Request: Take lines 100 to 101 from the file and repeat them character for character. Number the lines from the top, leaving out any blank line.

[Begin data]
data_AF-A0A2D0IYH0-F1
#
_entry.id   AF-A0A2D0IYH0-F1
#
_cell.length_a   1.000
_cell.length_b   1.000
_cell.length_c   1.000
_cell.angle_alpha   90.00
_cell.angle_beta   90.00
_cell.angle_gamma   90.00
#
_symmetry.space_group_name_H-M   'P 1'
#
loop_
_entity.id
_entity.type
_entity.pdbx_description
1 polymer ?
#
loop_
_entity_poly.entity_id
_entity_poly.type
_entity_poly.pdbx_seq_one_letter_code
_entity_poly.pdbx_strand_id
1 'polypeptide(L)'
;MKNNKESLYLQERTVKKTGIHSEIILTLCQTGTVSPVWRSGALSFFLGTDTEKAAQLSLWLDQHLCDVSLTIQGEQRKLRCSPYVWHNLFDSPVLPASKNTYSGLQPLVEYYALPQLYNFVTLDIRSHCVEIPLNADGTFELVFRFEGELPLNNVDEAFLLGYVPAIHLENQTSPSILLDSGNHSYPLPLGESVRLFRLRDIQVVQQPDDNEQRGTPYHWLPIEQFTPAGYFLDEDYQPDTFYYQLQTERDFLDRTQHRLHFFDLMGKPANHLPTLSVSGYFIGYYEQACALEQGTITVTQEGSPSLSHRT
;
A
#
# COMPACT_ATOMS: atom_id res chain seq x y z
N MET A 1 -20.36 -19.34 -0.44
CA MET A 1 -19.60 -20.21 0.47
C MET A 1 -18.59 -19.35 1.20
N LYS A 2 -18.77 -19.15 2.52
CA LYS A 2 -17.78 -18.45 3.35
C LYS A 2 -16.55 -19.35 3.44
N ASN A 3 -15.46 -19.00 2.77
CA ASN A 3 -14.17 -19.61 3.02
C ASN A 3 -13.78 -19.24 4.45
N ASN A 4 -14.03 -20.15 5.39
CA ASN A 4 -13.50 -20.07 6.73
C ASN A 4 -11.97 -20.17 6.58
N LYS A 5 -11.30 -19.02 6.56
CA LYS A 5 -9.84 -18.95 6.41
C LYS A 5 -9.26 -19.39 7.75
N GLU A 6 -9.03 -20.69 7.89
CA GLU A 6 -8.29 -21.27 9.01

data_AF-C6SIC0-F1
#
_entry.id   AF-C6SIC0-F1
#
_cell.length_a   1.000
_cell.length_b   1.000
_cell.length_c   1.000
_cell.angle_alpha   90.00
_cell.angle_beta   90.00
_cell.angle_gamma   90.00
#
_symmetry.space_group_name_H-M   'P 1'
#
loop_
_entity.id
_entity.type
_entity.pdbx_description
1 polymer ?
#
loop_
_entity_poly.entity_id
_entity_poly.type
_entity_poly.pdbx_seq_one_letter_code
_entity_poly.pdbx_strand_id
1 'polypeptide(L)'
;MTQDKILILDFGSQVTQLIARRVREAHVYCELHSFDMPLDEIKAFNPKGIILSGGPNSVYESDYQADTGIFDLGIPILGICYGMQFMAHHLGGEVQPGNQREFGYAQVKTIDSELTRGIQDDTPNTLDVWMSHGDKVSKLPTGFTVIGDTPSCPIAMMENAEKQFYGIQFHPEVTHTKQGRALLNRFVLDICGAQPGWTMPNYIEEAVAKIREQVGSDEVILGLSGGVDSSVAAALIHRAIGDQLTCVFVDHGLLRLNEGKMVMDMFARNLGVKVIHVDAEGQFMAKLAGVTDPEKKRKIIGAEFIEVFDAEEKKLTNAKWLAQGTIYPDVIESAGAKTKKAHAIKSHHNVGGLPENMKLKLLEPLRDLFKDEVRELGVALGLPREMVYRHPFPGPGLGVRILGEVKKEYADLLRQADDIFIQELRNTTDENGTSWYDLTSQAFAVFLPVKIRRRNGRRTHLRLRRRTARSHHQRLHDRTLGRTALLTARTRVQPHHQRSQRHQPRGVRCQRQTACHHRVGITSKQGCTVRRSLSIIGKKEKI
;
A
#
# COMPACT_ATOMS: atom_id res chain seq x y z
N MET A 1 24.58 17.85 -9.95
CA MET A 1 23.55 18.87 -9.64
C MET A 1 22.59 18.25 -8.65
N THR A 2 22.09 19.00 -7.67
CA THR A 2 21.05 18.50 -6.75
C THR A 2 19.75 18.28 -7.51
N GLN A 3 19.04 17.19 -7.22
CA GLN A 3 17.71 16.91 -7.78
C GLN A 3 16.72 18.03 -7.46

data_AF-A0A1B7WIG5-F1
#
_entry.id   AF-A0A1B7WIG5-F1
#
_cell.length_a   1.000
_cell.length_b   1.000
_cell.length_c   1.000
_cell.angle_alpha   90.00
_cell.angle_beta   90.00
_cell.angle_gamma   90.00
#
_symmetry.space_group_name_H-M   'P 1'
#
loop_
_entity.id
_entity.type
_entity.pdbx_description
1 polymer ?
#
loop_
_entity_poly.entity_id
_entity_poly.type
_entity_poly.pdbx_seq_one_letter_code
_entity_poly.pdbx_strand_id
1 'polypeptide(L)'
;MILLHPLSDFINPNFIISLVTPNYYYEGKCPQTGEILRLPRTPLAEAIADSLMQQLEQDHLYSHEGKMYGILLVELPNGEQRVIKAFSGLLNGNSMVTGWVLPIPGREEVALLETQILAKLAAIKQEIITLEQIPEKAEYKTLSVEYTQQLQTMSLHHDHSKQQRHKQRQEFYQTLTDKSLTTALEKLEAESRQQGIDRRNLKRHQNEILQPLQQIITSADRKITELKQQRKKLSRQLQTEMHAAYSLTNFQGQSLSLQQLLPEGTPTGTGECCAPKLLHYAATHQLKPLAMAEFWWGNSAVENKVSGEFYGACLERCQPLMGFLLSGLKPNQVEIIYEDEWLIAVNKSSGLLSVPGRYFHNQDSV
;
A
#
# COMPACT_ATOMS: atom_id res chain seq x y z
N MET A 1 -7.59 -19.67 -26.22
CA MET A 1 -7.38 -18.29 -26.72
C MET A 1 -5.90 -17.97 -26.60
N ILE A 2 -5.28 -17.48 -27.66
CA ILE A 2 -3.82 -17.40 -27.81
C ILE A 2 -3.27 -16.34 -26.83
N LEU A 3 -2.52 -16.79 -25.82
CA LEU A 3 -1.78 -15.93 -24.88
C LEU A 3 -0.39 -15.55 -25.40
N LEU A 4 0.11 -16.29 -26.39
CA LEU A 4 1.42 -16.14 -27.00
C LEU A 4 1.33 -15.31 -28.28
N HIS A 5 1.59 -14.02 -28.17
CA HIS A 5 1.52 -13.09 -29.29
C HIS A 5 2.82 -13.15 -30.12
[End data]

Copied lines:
loop_
_entity.id